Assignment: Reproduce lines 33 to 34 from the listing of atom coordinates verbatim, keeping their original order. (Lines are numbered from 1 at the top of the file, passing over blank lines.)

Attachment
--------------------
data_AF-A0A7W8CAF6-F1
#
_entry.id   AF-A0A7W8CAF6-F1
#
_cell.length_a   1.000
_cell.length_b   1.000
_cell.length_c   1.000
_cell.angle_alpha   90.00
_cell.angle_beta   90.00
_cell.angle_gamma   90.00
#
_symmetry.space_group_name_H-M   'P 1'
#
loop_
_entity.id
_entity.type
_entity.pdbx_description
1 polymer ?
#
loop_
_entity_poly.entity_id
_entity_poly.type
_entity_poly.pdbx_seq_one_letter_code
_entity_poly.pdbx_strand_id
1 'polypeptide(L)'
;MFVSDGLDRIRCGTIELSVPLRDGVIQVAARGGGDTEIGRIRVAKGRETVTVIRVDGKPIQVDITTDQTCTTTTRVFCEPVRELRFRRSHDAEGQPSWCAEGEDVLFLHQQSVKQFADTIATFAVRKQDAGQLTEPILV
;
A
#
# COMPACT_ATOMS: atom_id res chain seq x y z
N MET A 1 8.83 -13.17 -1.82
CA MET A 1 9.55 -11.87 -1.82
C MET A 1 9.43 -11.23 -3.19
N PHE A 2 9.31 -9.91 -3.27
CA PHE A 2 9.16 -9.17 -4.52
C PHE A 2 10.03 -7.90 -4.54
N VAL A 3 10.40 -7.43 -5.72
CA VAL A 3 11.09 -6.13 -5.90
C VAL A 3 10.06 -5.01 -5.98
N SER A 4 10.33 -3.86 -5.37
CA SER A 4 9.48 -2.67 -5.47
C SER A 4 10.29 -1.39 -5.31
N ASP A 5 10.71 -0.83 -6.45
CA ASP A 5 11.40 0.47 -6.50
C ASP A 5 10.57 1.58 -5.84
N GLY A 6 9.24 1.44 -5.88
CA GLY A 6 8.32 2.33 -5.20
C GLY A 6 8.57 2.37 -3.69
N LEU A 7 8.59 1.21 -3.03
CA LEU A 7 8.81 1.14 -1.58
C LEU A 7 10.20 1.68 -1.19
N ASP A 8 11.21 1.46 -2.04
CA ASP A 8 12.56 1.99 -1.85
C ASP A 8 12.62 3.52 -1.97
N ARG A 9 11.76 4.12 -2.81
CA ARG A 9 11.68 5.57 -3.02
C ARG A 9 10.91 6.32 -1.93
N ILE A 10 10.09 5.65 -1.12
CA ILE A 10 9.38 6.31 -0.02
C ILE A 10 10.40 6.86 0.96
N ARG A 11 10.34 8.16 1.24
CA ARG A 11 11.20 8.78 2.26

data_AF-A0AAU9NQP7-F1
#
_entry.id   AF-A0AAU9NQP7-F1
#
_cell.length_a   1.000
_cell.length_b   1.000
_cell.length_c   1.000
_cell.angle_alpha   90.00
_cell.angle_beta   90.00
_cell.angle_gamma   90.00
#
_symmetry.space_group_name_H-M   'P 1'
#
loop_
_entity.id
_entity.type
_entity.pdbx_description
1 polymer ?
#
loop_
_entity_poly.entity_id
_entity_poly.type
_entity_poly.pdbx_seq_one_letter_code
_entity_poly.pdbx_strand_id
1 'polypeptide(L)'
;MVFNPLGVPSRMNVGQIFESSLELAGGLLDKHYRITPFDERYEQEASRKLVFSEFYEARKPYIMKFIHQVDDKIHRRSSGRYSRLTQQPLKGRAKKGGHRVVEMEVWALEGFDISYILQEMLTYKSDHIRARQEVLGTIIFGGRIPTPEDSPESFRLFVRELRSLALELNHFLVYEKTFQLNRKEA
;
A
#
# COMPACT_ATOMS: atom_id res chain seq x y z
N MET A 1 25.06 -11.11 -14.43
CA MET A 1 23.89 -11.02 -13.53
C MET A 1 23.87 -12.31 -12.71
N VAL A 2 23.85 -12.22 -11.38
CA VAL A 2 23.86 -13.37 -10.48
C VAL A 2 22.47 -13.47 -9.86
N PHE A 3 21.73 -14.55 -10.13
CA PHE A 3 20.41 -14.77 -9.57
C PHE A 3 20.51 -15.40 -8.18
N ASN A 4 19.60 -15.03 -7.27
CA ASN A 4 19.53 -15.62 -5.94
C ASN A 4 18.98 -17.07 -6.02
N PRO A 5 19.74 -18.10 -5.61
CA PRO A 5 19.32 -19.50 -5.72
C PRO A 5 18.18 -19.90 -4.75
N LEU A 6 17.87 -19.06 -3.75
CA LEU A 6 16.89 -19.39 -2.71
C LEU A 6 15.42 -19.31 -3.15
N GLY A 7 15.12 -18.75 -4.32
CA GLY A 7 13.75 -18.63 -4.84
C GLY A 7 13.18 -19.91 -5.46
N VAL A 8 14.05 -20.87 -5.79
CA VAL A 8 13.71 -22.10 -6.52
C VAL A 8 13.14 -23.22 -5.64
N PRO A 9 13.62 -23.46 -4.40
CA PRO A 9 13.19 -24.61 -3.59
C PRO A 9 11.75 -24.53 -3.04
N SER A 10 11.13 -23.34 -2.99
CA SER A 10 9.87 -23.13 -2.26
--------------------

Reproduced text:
C MET A 1 9.43 -11.23 -3.19
N PHE A 2 9.31 -9.91 -3.27